Revolution Lullabye

October 18, 2006

601 Project Proposal

Filed under: Uncategorized — by revolutionlullabye @ 12:53 am

Laura J. Davies
October 9, 2006
CCR 601
Independent Reading and Writing Project Proposal

The Birth and Development of the Writing Major

An important sign of maturity for an academic discipline is for it to be a separate, autonomous field of study, in which graduates and undergraduates can pursue that specific field of knowledge towards a degree. Doctoral degrees in composition and rhetoric have expanded from minimal offerings twenty years ago to 66 different programs today, as listed on the Consortium of Doctoral Programs in Rhetoric and Composition website. Now, there is a new and exciting recent development in the field of composition and rhetoric: the creation of undergraduate writing majors, situated in both separate writing departments, which also house the university-wide writing programs, and in English departments.
For my independent reading and writing project for CCR 601, I want to investigate the writing major, which is being developed and implemented at colleges and universities across the country. I want to see how this administrative development reflects on the discipline as a whole: how does composition and rhetoric assert itself in the academy on the undergraduate level? I find the undergraduate major interesting because it is often said that composition, like law and medicine, is a graduate discipline. How are faculty bridging that gap and presenting a worthwhile, varied, four-year program of study to undergraduates?
I am fascinated by the processes that go into building an undergraduate major:
how its objectives are framed, how tracks and courses are conceptualized, how syllabi are constructed, how texts are selected. I want to see how different institutions define writing. Do they emphasize creative writing, technical writing, journalism, or are they a smorgasbord of all sorts of writing? Do the writing programs echo art and music by situating writing as productive knowledge, or do they include studies in history and methodology, making writing and rhetoric more like theoretical or practical knowledge? How is a writing major different from an English, journalism, or communications major (especially at institutions that offer all four!)
For me, a doctoral student in CCR at Syracuse University, the writing major is an especially relevant topic of inquiry now because the Writing Program here at Syracuse is currently in the process of proposing the adoption of a writing major. Therefore, I can use Syracuse’s proposal as a dynamic case study for my project. I also plan on using program descriptions from other colleges and universities (Ithaca College, University of Florida, Loyola College of Maryland) who have implemented writing majors as examples that showcase the variety of undergraduate writing degree programs. The writing major is a relatively new area of study in composition and rhetoric, so there are several recent articles dealing with the topic. Since I want to someday run a writing program, I believe that this project will give me a good foundation about a current development in writing program administration.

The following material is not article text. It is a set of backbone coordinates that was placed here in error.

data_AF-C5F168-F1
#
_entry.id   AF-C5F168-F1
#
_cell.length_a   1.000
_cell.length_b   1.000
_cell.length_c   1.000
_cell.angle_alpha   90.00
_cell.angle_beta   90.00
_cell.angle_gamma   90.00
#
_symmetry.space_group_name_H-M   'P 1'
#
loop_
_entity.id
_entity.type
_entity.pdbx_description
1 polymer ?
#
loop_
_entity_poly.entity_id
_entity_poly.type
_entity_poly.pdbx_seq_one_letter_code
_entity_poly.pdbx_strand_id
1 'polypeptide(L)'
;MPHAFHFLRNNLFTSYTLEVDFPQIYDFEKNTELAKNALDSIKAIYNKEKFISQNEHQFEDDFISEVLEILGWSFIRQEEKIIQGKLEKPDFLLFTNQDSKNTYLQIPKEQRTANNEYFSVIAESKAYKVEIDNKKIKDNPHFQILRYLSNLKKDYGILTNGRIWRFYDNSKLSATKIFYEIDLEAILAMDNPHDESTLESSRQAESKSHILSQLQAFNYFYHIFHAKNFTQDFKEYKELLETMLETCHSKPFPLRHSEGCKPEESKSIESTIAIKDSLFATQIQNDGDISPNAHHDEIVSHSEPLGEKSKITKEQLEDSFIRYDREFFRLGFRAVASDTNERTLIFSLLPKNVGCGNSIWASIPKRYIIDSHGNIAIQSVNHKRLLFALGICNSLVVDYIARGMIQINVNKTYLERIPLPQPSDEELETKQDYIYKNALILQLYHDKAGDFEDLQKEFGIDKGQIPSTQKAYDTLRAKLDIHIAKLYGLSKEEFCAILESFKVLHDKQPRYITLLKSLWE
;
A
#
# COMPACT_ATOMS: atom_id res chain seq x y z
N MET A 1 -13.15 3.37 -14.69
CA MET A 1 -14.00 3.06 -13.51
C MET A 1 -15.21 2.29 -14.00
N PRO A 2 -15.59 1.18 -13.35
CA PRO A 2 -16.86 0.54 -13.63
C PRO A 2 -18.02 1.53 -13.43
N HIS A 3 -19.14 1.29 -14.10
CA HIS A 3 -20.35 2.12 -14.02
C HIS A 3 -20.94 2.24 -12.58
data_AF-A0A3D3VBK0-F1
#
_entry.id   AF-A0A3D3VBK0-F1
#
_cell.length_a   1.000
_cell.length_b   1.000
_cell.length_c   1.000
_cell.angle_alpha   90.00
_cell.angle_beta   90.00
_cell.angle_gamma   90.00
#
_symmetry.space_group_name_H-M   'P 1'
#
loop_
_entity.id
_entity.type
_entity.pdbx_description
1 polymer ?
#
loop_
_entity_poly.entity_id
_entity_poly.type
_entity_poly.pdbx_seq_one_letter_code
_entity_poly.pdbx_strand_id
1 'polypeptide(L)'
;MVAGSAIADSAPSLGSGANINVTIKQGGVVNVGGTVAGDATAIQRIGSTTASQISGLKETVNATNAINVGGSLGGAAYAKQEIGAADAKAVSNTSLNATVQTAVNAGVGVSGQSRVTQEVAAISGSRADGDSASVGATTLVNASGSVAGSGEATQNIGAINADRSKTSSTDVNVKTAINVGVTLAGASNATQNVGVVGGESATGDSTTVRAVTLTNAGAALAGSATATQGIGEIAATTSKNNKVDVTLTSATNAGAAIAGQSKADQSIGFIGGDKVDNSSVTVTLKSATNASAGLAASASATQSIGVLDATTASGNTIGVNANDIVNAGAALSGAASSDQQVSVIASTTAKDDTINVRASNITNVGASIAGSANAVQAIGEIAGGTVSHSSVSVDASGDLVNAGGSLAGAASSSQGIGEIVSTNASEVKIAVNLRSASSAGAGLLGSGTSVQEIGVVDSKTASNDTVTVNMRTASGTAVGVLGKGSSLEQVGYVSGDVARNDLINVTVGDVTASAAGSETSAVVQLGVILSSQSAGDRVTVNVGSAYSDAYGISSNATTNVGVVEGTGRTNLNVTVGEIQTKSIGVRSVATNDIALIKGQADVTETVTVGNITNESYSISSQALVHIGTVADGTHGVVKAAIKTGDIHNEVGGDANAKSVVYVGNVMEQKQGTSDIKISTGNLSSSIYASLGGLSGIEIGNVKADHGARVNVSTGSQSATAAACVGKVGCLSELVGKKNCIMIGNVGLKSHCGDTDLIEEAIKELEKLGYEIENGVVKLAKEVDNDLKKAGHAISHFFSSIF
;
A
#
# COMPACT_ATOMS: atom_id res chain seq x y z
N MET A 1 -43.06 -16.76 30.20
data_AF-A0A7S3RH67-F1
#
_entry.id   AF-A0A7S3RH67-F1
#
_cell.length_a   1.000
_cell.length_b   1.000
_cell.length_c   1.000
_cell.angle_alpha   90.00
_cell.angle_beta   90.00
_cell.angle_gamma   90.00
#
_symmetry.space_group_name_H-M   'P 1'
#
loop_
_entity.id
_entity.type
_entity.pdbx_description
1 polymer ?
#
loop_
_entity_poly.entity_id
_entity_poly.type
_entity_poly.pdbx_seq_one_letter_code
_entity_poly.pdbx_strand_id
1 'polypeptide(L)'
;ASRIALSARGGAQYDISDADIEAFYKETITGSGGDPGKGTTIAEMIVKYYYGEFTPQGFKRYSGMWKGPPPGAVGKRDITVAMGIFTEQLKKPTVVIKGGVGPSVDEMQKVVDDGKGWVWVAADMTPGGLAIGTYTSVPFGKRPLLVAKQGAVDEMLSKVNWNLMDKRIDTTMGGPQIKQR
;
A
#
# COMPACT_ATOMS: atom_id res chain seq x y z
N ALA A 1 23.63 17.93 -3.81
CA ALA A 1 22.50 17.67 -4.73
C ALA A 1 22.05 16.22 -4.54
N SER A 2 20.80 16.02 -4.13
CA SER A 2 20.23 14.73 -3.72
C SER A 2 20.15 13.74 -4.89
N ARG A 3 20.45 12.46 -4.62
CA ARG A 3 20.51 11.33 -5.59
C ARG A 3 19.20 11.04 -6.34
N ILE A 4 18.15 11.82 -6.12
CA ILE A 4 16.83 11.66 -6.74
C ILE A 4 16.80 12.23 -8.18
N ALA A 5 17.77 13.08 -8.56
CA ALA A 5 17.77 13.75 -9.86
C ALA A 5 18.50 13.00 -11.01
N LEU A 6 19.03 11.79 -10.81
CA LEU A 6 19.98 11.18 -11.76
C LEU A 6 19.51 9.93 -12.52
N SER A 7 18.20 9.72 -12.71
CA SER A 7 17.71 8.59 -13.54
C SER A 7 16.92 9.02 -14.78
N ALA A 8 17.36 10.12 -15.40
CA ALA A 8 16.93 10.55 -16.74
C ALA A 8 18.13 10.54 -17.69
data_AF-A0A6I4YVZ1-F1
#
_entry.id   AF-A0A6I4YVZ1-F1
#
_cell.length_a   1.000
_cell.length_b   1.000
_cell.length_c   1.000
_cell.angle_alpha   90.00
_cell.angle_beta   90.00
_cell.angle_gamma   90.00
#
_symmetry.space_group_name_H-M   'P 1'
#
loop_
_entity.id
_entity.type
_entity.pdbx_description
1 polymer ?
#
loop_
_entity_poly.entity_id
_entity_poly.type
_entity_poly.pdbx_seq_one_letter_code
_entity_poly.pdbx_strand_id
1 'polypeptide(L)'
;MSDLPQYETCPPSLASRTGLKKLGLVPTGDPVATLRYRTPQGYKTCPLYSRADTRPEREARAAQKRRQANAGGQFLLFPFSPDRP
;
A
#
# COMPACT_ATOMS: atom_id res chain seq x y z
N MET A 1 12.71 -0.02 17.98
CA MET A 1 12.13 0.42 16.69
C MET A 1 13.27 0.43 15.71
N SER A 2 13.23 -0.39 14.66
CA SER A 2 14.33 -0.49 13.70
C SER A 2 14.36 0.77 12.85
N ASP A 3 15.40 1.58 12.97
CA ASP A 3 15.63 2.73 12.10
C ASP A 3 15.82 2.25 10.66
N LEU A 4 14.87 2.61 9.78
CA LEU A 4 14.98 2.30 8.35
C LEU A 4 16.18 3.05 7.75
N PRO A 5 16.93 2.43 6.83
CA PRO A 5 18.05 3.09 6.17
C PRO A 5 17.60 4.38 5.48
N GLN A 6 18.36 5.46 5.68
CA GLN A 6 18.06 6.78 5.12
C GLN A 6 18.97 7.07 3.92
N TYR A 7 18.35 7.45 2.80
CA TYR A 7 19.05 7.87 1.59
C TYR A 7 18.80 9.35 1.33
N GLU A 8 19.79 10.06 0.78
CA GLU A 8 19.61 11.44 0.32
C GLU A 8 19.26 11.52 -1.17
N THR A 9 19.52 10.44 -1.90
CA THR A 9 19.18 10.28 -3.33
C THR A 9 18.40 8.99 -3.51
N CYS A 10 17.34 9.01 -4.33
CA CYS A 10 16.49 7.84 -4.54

Generative Bibliography

Culler, Jonathan. “Imagining the Coherence of the English Major.” Profession 2003 [Modern Language Association]: 85-93.

Cushman, Ellen. “Vertical Writing Programs in Departments of Rhetoric and Writing.” Composition Studies in the New Millennium: Rereading the Past, Rewriting the Future. Ed. Lynn Z. Bloom, Donald A. Daiker, and Edward M. White. Carbondale, IL: Southern Illinois University Press, 2003.

Downs, Doug, and Sandra Jamieson. “Writing Majors, Minors, Tracks, & Concentrations.” Madison, NJ: Drew University Composition Program. 12 Mar. 2006.

“Guidelines and Directions for College Courses in Advanced Composition.” College Composition and Communication 18 (1967): 266-268.

Hult, Christine. “The Organization and Administration of an Undergraduate Writing Emphasis.” ERIC Document Reproduction Service, ED 358 479, 1993.

Jenseth, Richard. “Assignment Sequencing in Advanced Composition.” The ATAC Newsletter 1.1 (1989): 10-11.

Lovitt, Carl R. “Literature Requirements in the Curricula of Writing Degrees and Concentrations: Examining a Shifting Institutional Relationship.” WPA: Writing Program Administration 29.1-2 (Fall 2005): 11-30.

Mathes, J.C. “A Taxonomy of Communication Acts for the Design of Advanced Writing Courses.” Journal of Advanced Composition 1 (1980): 53-57.

Olson, Gary A., and Julie Drew, eds. Landmark Essays on Advanced Composition. Mahwah, NJ: Hermagoras Press, 1996.

Penfield, Elizabeth. “Freshman English/Advanced Writing: How Do We Distinguish the Two? Teaching Advanced Composition. Ed. Katherine H. Adams and John L. Adams. Portsmouth, NH: Boynton/Cook, 1991. 17-30.

Shamoon, Linda K., Rebecca Moore Howard, Sandra Jamieson, and Robert A. Schwegler, eds. Coming of Age: The Advanced Writing Curriculum. Portsmouth, NH: Heinemann Boynton/Cook, 2000.

Shumaker, Arthur W. “How Can a Major in Composition Be Established?” Journal of Advanced Composition 2.1-2 (1981): 139-146.

Trimbur, John. “The Problem of Freshman English (Only): Towards Programs of Study in Writing.” WPA: Writing Program Administration 22.3 (Spring 1999): 9-30.

Weisser, Christian R. Moving Beyond Academic Discourse: Composition Studies and the Public Sphere. Carbondale, Illinois: Southern Illinois UP, 2002.

Yancey, Kathleen Blake. “Made Not Only in Words: Composition in a New Key.” CCC 56.2 (2004):297-328.


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